Is this your nephew?
RAY: He was the finest man I know.
Kind of man I wish I could've been.
The money in the wall, any idea where it came from?
Wesley didn't care about money.
Didn't even own a TV.
Doctors give me about four months.
Eh, you don't need to be.
Since I found out, I've been using my time better, doing things that matter.
That's nice ink.
My whole unit got it one drunken weekend in Da Nang.
We were part of the biggest combat jump of the whole war.
DAVID: Wesley Till gets a job transporting money to be shredded.
So he shows up to work with marked D.B. Cooper bills and he goes home with unmarked cash.
The Fed records how much personal cash the drivers get onto the trucks with.
Till was showing up with anywhere between
160 and 240 bucks.
So, over 11 months, I mean, he could have swapped out $63,000.
Okay, so you add in the 160 grand we found in his wall, and... so where is the other $777,000?
No, slight correction: $771,000.
$5,880 washed up in the Columbia River in 1980.
Okay, so this bill swapping, it's not like holding up a drugstore, right?
It takes planning, uh, it takes, uh, patience, a lot like the hijacking.
All right, that's a compelling argument, if Till was alive in 1971.
His uncle was.
And he's an ex-paratrooper.
COLBY: Wait a minute. That's what you're going with -- that Uncle Ray is D.B. Cooper?
They never found a body or a parachute.
That cash in the wall had to come from somewhere.
Come on. I can't be the only one thinking that it's at least possible.
You want to put a lunch on it?
Make it two lunches.
I just... I hate eating alone.
Two burritos from the vending machine.
Hey, I'm hedging, all right?
But that's a lot of coincidence.
You know, it might be worth it to see what Uncle Ray does next.
Let me know what else you find out.
Back to the boxes.
Roger, you want to help me out?
Oh, that's what I came for.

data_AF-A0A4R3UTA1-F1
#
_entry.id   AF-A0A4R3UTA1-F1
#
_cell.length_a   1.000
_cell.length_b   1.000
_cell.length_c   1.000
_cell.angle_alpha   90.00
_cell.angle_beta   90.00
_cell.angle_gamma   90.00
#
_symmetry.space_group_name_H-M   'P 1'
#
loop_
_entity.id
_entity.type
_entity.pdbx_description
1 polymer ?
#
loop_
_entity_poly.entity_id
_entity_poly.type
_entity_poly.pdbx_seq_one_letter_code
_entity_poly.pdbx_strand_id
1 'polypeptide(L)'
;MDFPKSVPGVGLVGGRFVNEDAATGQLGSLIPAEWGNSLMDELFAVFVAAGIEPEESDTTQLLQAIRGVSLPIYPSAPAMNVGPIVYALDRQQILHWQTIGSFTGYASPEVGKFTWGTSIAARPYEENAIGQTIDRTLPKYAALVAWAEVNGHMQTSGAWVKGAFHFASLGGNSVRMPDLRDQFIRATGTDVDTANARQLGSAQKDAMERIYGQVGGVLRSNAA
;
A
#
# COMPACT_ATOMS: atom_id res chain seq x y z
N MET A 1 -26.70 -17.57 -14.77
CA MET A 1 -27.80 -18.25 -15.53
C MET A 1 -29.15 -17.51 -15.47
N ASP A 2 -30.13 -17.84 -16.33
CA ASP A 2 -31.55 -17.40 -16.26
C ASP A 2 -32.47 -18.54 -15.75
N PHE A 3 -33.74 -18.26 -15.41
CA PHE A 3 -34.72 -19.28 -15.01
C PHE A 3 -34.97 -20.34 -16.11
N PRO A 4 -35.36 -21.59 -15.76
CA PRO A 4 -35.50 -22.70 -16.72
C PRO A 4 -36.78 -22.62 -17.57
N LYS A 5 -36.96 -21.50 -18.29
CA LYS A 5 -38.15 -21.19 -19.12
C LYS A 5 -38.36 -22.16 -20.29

She'll grow on you. Yeah.
So, I pulled some pictures from magazines just to get a sense of what you're thinking.
Well, um, I was thinking something more simple, but not too loud, but, um... that would st-still make a good statement.
Well, do-do you like a particular color?
I think it's... it's really all about the fabric.
Yeah, well, that's... that's important, too.
Well, maybe you could just pick up a couple of the ones that you like.
I could pick out one, and...
I could just return the rest. Okay.
Thanks. Uh-huh. Bye.
CHARLIE: Even accounting for the safer drop zones, Cooper's risk/reward ratio is, like, massively out of line.
Maybe the guy wasn't good at math.
These are patterns that are hardwired into the human brain.
And not only humans; the behavior of monkeys, and fish and the way that bees choose flowers.
50 mice forage in a field.
Well, if our mice are only concerned with the reward, then their distribution would correlate with the concentration of food.
But barn owls hunt much more effectively over open terrain than in brush.
How many mice will brave the dangerous open terrain for a feast, and how many will choose the less-rewarding brush?
Each mouse weighs danger, food, risk, reward.
So, to make that jump with bills that he had to assume were marked, Cooper was like a mouse that ran into the middle of a field looking for food that he didn't even think he was able to eat.
Right. Maybe that's it.
The risk is the reward.
Like an adrenaline high.
Speaking of adrenaline, by the way, this morning, Dad made an offhanded comment about D.B. Cooper being a folk hero.
And it started this whole argument about the '60s, and just the way that Bloom reacted, honestly, I'm glad that he doesn't carry a gun anymore.
Actually, I think he does carry a gun.
He really went off on Dad.
Well, the guy's a vet.
I mean, he comes home and... and people are calling him "baby killer."
You don't think that Dad ever called anyone a baby killer.
No, but sometimes, I'm not sure he really gets what guys like Bloom went through.
Hey, check this out. Hmm?
Every month, Wesley Till wired money to a flower store in Westminster; total of $62,580.
That's about what we think he was swapping out of the Fed.
Yeah, and Westminster is Little Saigon.
And Uncle Ray is a vet.
Now, it's funny how this case keeps circling back to Vietnam.
Yeah, listen to this.
Uncle Ray trained soldiers in parachuting before being deployed.
His unit was accused of committing war crimes in a village called Nu Bac.
What kind of crimes? Doesn't say.
Look who else was in Nu Bac:
Specialist Edward Sawyer.
Oh, this is the guy they found in the tree.
See, I'm beginning to think that Colby and David owe you a burrito; three kinds of cheese.
I knew I should have held out for that surf and turf.
DAVID: In a room with a dozen computers and free Wi-Fi, he uses microfilm.
COLBY: According to his tax records, they say he's been living on the Oregon side of the Klamath Mountains for the last 25 years.
Hey, they, uh... they have Internet service in the mountains, right?
I'm going to take you camping, if only for entertainment value.
I'll get the car.
The guy who just left, what was he looking at?
Oh, Mr. Till isn't in trouble, is he?
You know him?
Every few weeks, he shows up, spends all day here reading.
Sometimes a few days in a row.
Today was old newspapers; seven rolls.
Okay, well, I'm going to need all of them.
Do you have a library card?